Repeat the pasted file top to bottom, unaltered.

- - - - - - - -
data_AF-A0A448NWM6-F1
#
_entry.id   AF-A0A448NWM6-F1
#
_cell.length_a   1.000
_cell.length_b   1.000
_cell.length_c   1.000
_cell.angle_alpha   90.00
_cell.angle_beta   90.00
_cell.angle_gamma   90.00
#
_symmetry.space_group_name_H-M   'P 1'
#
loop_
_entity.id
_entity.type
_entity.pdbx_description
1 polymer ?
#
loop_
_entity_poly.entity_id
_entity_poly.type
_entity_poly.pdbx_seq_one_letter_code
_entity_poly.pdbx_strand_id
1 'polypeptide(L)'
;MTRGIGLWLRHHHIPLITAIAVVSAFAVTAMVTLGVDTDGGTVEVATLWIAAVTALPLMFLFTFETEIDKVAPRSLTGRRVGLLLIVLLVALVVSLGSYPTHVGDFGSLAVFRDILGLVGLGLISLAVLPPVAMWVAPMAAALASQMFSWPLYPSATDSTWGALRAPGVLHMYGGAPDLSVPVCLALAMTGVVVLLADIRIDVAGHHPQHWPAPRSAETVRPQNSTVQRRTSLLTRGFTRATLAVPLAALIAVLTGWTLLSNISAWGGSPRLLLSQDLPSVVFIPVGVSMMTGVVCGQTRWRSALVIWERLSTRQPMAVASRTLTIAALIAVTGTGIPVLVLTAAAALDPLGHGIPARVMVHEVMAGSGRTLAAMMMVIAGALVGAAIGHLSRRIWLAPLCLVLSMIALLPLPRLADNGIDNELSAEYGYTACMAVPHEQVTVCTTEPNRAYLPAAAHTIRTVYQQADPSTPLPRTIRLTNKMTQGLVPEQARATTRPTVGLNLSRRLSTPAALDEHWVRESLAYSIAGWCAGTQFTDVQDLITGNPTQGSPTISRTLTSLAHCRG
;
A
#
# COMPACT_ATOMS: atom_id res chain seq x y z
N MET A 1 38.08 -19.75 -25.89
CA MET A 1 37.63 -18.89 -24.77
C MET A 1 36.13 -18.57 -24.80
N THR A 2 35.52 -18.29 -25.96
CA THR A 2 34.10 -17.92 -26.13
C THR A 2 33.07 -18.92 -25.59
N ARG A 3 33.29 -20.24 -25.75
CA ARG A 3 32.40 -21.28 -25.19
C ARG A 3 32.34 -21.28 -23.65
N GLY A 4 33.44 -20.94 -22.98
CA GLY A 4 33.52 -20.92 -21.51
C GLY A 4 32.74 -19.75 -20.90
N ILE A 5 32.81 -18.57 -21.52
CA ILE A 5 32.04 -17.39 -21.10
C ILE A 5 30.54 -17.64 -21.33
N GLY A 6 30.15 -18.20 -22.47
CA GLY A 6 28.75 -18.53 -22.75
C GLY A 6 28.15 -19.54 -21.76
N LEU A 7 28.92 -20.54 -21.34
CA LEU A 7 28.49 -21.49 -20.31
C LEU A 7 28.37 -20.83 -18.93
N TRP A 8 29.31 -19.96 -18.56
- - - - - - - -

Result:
data_AF-A0A448NWM6-F1
#
_entry.id   AF-A0A448NWM6-F1
#
_cell.length_a   1.000
_cell.length_b   1.000
_cell.length_c   1.000
_cell.angle_alpha   90.00
_cell.angle_beta   90.00
_cell.angle_gamma   90.00
#
_symmetry.space_group_name_H-M   'P 1'
#
loop_
_entity.id
_entity.type
_entity.pdbx_description
1 polymer ?
#
loop_
_entity_poly.entity_id
_entity_poly.type
_entity_poly.pdbx_seq_one_letter_code
_entity_poly.pdbx_strand_id
1 'polypeptide(L)'
;MTRGIGLWLRHHHIPLITAIAVVSAFAVTAMVTLGVDTDGGTVEVATLWIAAVTALPLMFLFTFETEIDKVAPRSLTGRRVGLLLIVLLVALVVSLGSYPTHVGDFGSLAVFRDILGLVGLGLISLAVLPPVAMWVAPMAAALASQMFSWPLYPSATDSTWGALRAPGVLHMYGGAPDLSVPVCLALAMTGVVVLLADIRIDVAGHHPQHWPAPRSAETVRPQNSTVQRRTSLLTRGFTRATLAVPLAALIAVLTGWTLLSNISAWGGSPRLLLSQDLPSVVFIPVGVSMMTGVVCGQTRWRSALVIWERLSTRQPMAVASRTLTIAALIAVTGTGIPVLVLTAAAALDPLGHGIPARVMVHEVMAGSGRTLAAMMMVIAGALVGAAIGHLSRRIWLAPLCLVLSMIALLPLPRLADNGIDNELSAEYGYTACMAVPHEQVTVCTTEPNRAYLPAAAHTIRTVYQQADPSTPLPRTIRLTNKMTQGLVPEQARATTRPTVGLNLSRRLSTPAALDEHWVRESLAYSIAGWCAGTQFTDVQDLITGNPTQGSPTISRTLTSLAHCRG
;
A
#
# COMPACT_ATOMS: atom_id res chain seq x y z
N MET A 1 38.08 -19.75 -25.89
CA MET A 1 37.63 -18.89 -24.77
C MET A 1 36.13 -18.57 -24.80
N THR A 2 35.52 -18.29 -25.96
CA THR A 2 34.10 -17.92 -26.13
C THR A 2 33.07 -18.92 -25.59
N ARG A 3 33.29 -20.24 -25.75
CA ARG A 3 32.40 -21.28 -25.19
C ARG A 3 32.34 -21.28 -23.65
N GLY A 4 33.44 -20.94 -22.98
CA GLY A 4 33.52 -20.92 -21.51
C GLY A 4 32.74 -19.75 -20.90
N ILE A 5 32.81 -18.57 -21.52
CA ILE A 5 32.04 -17.39 -21.10
C ILE A 5 30.54 -17.64 -21.33
N GLY A 6 30.15 -18.20 -22.47
CA GLY A 6 28.75 -18.53 -22.75
C GLY A 6 28.15 -19.54 -21.76
N LEU A 7 28.92 -20.54 -21.34
CA LEU A 7 28.49 -21.49 -20.31
C LEU A 7 28.37 -20.83 -18.93
N TRP A 8 29.31 -19.96 -18.56